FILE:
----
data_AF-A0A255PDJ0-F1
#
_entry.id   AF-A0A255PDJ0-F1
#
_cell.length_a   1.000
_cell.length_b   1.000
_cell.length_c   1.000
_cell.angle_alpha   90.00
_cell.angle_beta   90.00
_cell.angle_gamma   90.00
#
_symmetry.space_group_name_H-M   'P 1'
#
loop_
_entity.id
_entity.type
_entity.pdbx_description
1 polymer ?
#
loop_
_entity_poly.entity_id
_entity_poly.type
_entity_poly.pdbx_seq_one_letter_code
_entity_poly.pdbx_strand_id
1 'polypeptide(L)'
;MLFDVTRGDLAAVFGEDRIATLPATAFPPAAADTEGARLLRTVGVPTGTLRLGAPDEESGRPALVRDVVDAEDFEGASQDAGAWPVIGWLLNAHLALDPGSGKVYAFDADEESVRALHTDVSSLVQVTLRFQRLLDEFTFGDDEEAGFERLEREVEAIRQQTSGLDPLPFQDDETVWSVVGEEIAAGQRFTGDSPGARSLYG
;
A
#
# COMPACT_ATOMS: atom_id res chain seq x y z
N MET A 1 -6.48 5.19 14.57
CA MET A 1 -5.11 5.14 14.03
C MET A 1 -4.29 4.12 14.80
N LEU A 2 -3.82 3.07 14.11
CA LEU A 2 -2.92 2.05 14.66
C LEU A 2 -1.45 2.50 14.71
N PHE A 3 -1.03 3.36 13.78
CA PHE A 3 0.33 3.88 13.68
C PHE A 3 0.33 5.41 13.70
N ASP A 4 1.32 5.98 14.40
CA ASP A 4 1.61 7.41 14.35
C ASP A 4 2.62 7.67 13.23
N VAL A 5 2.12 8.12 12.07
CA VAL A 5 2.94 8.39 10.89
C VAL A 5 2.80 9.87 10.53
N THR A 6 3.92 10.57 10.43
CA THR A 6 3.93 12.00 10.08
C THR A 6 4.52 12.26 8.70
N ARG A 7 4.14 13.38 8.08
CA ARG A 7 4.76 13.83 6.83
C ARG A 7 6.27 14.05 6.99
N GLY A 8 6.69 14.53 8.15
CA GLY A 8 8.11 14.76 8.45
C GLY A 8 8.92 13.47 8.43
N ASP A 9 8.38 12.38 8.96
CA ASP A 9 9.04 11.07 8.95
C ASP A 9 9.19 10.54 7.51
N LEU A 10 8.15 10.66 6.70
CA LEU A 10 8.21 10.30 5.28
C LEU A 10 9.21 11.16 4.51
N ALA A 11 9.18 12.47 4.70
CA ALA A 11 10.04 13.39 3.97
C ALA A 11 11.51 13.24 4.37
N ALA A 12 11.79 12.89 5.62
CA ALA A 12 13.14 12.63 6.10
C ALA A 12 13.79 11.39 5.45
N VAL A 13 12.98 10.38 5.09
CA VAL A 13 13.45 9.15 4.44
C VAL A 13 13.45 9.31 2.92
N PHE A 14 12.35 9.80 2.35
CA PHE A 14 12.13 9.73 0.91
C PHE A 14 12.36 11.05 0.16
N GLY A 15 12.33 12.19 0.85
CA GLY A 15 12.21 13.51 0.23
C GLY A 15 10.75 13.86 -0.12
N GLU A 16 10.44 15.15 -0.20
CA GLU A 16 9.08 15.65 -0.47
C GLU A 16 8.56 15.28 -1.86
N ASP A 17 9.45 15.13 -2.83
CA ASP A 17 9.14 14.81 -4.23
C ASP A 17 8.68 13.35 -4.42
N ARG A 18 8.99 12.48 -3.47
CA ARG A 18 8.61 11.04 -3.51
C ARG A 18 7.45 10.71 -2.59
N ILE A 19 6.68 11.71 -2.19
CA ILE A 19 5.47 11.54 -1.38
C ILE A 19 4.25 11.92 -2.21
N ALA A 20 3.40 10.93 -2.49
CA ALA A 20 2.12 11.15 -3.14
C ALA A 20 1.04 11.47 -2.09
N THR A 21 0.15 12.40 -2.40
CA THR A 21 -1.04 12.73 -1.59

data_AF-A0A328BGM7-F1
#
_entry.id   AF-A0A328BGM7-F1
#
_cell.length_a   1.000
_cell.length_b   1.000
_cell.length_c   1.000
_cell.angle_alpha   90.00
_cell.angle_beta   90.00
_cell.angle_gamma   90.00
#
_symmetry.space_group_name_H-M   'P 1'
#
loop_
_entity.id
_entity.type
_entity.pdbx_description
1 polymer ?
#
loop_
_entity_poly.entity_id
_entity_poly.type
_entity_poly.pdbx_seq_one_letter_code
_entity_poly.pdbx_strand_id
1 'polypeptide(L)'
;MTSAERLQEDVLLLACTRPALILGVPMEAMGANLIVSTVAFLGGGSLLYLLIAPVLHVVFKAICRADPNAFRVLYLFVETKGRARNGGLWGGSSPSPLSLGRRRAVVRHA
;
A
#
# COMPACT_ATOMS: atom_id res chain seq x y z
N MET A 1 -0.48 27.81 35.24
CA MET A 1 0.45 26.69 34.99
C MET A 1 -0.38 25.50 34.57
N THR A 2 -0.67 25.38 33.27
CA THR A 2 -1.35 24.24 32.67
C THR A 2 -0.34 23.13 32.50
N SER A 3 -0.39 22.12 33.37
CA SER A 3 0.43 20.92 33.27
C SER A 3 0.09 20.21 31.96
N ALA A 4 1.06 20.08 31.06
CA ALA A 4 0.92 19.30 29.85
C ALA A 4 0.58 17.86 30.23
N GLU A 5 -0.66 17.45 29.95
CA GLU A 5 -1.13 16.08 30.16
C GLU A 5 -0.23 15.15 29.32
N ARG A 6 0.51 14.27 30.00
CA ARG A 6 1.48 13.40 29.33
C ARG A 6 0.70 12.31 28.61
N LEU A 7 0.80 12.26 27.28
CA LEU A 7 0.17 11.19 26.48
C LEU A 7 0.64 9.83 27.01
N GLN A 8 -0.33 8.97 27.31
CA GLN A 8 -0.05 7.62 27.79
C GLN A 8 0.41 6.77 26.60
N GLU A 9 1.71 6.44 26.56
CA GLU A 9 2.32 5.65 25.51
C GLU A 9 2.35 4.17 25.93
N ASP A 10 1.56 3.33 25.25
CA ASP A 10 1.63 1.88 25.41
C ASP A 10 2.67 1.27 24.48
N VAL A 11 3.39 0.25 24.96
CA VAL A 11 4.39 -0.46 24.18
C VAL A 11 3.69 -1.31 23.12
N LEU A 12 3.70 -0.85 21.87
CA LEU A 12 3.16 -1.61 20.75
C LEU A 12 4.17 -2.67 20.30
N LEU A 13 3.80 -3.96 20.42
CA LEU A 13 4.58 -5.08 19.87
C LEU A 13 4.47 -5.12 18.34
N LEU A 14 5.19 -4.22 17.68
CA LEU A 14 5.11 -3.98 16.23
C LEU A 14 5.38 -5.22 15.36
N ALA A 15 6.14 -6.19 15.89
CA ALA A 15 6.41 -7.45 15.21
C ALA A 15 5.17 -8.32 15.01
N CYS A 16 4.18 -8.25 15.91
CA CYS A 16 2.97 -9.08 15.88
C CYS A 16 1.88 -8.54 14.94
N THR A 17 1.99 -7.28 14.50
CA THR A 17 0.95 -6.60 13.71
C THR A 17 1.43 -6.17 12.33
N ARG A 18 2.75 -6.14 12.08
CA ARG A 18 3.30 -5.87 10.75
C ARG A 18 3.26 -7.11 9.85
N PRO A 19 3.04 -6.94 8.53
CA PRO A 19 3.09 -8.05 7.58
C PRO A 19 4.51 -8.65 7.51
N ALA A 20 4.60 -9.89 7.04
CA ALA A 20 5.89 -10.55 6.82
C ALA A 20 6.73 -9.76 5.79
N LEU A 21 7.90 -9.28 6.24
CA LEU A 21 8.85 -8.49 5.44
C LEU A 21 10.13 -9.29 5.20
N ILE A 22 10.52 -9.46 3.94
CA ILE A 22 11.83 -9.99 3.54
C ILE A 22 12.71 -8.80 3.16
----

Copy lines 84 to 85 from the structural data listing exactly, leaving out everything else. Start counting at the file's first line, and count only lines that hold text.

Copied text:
C ARG A 18 7.45 10.71 -2.59
N ILE A 19 6.68 11.71 -2.19